Skip to main content
\(\require{cancel}\)
Physics LibreTexts

14: Exoplanets

  • Page ID
    31172
  • Learning Objectives

    • Describe the methods of detecting exoplanets including the transit and Doppler methods.
    • Describe how exoplanets can be detected through direct imaging.
    • Describe the sizes, orbits, and properties of many exoplanets that have been detected. 
    • Understand how future detection methods may find more Earth-like exoplanets.

    Astronomers have wondered whether other worlds existed beyond our own. Giovanni Bruno, a Dominican friar and astronomer, theorized in the 16th century that the stars could be suns like our own with planets orbiting. However, Bruno was the exception for centuries. Most ancient and medieval observers did not think stars were like the Sun because Sun is so much brighter. Most assumed that they were just points of light and had no idea how big or distant they were.

    Giordano_Bruno_BW_2.jpgGiordano_Bruno_BW_2.jpg

    Christian Huygens (1629–1695) used holes drilled in a brass plate to estimate the angular sizes of stars. His results demonstrated that, if stars were the same size as the Sun, they must be at great distances. Galileo also argued that the stars must be much further away that assumed due to the lack of observed parallax.

    Even after the fact that the stars are like the Sun, the question of whether they had planetary systems of their own remained an open question for generations. The computer models of nebular contraction supported the belief that planetary systems should be common. As a cloud contracted and its rotation rate increased, protoplanetary discs appeared an inevitable result. Despite their best efforts, repeated observations failed to uncover evidence of extrasolar planetary systems. 

    The problem came down to a question of brightness and distance. A Sun-like star is about a billion times brighter than the light reflected from its planets. Planets orbit close to their stars, relative to the distance from us to the star.  Trying to pick out the light reflected off a planet is akin to trying to find a firefly next to a searchlight. Discerning the tiny angular separation between a star and a planet orbit it is like being in San Francisco and trying to see a pinhead 15 meters from a grapefruit in Washington, D.C.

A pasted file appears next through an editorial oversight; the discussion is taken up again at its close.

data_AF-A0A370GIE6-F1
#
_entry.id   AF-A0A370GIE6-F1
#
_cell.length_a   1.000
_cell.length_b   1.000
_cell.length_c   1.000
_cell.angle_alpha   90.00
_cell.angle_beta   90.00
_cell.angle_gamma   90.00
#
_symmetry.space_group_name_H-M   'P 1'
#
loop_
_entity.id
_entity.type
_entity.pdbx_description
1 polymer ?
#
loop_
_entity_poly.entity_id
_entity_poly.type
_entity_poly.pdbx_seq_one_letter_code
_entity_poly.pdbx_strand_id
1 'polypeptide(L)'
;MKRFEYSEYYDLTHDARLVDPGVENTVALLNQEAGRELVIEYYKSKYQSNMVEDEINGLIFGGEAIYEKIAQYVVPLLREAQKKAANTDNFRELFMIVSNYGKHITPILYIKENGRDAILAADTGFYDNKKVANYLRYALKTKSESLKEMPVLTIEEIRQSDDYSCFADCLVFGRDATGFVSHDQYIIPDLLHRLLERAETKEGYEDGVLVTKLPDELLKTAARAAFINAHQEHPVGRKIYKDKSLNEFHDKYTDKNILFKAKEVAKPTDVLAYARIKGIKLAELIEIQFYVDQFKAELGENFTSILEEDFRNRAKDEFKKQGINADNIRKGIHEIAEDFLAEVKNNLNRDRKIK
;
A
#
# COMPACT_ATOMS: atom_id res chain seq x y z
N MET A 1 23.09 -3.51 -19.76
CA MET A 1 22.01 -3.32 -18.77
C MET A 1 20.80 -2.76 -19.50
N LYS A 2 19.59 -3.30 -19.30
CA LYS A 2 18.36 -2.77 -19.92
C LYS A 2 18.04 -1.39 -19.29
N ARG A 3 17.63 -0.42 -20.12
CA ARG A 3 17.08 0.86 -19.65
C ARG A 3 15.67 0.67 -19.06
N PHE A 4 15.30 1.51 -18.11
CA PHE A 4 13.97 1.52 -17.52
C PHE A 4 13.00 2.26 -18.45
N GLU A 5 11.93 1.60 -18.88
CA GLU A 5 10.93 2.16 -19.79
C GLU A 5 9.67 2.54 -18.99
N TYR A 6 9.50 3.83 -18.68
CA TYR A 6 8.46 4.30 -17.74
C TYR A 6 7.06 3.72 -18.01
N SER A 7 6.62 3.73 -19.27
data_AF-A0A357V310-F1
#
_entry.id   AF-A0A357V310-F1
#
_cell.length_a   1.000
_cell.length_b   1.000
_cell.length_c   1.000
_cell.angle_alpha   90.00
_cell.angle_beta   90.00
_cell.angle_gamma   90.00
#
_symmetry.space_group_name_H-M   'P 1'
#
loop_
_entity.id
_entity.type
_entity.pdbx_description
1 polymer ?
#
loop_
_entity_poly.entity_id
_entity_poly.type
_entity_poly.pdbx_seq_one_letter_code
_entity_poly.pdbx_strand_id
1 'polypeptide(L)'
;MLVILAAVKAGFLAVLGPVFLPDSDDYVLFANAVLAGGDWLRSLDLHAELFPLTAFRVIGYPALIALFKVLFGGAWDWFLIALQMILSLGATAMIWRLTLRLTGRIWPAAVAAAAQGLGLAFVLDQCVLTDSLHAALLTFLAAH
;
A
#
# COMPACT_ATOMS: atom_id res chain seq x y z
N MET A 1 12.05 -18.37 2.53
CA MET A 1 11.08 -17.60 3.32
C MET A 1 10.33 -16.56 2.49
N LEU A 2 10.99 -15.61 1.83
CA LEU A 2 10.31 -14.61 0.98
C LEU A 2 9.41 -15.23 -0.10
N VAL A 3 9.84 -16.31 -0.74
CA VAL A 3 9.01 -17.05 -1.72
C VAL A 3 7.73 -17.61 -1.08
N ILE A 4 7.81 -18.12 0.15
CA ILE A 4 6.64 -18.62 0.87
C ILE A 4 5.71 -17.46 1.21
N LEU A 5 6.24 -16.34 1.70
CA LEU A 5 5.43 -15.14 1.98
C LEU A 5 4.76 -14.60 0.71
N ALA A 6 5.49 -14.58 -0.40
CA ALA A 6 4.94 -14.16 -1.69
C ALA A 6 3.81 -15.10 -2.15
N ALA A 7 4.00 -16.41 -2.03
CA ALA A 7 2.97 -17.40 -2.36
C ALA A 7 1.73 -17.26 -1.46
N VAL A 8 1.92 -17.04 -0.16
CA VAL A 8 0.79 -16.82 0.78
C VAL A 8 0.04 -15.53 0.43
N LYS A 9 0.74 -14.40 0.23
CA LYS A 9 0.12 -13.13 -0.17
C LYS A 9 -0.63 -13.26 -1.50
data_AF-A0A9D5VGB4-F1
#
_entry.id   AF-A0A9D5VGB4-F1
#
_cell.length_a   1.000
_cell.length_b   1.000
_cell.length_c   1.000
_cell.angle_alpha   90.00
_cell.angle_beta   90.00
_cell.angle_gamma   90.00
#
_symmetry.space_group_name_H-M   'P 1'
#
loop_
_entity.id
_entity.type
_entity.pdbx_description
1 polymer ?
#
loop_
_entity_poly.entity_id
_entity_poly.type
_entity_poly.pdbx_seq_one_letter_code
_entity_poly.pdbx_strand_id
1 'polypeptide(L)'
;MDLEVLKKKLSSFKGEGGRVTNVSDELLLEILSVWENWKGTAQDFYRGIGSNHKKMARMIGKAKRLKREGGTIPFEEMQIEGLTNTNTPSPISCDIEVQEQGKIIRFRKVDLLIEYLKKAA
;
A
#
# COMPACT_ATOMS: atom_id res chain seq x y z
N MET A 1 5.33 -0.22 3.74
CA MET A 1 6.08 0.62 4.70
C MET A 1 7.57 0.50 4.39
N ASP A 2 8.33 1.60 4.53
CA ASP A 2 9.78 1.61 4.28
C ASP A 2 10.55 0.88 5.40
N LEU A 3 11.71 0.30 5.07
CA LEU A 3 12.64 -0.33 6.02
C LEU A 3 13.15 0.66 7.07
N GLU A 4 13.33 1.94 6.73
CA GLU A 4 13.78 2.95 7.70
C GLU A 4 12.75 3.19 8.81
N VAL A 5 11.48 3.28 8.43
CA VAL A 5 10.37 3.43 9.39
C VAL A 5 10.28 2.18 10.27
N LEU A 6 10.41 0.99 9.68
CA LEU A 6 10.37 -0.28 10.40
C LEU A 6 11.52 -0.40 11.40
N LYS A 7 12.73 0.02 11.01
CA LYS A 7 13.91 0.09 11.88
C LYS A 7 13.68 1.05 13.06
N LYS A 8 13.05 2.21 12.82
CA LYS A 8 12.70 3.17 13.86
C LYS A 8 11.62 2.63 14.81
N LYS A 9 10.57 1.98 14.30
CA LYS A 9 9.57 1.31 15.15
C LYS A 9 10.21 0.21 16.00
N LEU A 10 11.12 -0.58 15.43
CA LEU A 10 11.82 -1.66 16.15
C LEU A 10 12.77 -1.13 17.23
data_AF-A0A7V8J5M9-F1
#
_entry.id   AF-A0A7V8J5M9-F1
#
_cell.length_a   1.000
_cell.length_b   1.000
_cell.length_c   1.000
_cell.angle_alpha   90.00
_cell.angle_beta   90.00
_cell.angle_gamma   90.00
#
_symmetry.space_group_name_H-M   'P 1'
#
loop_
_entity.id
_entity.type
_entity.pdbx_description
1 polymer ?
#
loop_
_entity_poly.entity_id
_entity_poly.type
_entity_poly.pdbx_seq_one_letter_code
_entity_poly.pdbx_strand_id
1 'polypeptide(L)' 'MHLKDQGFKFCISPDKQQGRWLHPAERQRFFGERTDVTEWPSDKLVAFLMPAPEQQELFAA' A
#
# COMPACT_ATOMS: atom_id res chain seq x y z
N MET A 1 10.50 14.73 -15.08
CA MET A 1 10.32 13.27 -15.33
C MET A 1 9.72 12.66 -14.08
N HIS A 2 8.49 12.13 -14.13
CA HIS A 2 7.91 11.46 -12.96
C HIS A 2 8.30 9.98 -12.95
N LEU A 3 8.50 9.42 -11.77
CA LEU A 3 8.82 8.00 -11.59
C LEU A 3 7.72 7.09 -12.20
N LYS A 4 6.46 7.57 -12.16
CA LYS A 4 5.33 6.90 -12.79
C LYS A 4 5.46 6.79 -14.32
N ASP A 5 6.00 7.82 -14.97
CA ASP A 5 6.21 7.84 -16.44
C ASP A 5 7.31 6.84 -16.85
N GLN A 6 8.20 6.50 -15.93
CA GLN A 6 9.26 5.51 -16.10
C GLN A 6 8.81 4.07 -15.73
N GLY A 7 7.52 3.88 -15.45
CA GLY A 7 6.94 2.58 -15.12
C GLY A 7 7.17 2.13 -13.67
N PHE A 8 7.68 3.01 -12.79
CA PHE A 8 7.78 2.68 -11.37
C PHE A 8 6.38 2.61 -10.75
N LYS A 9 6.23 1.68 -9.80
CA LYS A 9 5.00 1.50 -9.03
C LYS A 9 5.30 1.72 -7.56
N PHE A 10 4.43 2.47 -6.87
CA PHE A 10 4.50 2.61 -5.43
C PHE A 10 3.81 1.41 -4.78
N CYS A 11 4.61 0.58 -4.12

All of this changed in 1995 when two astronomers, Didier Queloz and Michel Mayor, announced the discovery of 51 Pegasi b, the first confirmed planet orbiting a star other than our soon. Soon, astronomers found other exoplanets and over the past few decades, the search for exoplanets have become one of the most vibrant and exciting fields of astronomy. The International Astronomical Union has established a naming convention by adding a letter after the name of the parent star. The letter “a” is reserved for the brightest object in the stellar system, i.e., the star. The first planet discovered is assigned the letter “b”, the second “c”, and so on.

    Since the discovery of 51 Pegasi b, thousands of exoplanets have been confirmed, with thousands of more candidates awaiting confirmation. The Kepler mission, an orbiting infrared telescope dedicated to searching for exoplanets found over 2600 exoplanets during its nine-and-a-half-year operation. Initially, the first exoplanets were “hot Jupiters,” that is, large gas giants with orbits close to their host star. These planets were the easiest to detect given the techniques and data available at the time. Since then, planets ranging from smaller than the Earth to more massive than Jupiter have been found. Most planets detected to date fall in a range of masses between the of Earth and Neptune. Astronomer have labeled these worlds “superearths.”

     

    Image credit: https:/commons.wikimedia.org/wiki/File:Clear_to_cloudy_hot_Jupiters.jpg; 

    • Was this article helpful?